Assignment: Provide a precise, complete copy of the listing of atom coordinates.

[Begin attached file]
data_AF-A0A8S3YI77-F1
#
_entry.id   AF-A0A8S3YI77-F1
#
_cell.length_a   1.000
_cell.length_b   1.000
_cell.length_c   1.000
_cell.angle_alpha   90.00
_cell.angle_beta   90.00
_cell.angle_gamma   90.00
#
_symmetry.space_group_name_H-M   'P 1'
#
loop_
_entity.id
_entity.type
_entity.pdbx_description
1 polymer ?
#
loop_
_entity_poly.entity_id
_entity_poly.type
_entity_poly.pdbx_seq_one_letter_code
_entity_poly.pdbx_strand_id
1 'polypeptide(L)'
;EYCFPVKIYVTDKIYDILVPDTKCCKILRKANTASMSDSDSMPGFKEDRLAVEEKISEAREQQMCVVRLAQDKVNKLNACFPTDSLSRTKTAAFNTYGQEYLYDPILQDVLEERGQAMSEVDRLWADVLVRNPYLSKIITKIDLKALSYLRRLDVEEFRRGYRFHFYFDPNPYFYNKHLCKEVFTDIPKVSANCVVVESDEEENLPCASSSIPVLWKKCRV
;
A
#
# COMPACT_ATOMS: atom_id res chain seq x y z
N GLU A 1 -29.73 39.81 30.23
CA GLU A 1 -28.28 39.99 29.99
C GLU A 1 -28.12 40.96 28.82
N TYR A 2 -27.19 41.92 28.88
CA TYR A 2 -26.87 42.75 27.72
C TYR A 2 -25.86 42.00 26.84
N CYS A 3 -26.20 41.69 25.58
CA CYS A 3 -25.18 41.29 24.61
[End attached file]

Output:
data_AF-A0A8S3YI77-F1
#
_entry.id   AF-A0A8S3YI77-F1
#
_cell.length_a   1.000
_cell.length_b   1.000
_cell.length_c   1.000
_cell.angle_alpha   90.00
_cell.angle_beta   90.00
_cell.angle_gamma   90.00
#
_symmetry.space_group_name_H-M   'P 1'
#
loop_
_entity.id
_entity.type
_entity.pdbx_description
1 polymer ?
#
loop_
_entity_poly.entity_id
_entity_poly.type
_entity_poly.pdbx_seq_one_letter_code
_entity_poly.pdbx_strand_id
1 'polypeptide(L)'
;EYCFPVKIYVTDKIYDILVPDTKCCKILRKANTASMSDSDSMPGFKEDRLAVEEKISEAREQQMCVVRLAQDKVNKLNACFPTDSLSRTKTAAFNTYGQEYLYDPILQDVLEERGQAMSEVDRLWADVLVRNPYLSKIITKIDLKALSYLRRLDVEEFRRGYRFHFYFDPNPYFYNKHLCKEVFTDIPKVSANCVVVESDEEENLPCASSSIPVLWKKCRV
;
A
#
# COMPACT_ATOMS: atom_id res chain seq x y z
N GLU A 1 -29.73 39.81 30.23
CA GLU A 1 -28.28 39.99 29.99
C GLU A 1 -28.12 40.96 28.82
N TYR A 2 -27.19 41.92 28.88
CA TYR A 2 -26.87 42.75 27.72
C TYR A 2 -25.86 42.00 26.84
N CYS A 3 -26.20 41.69 25.58
CA CYS A 3 -25.18 41.29 24.61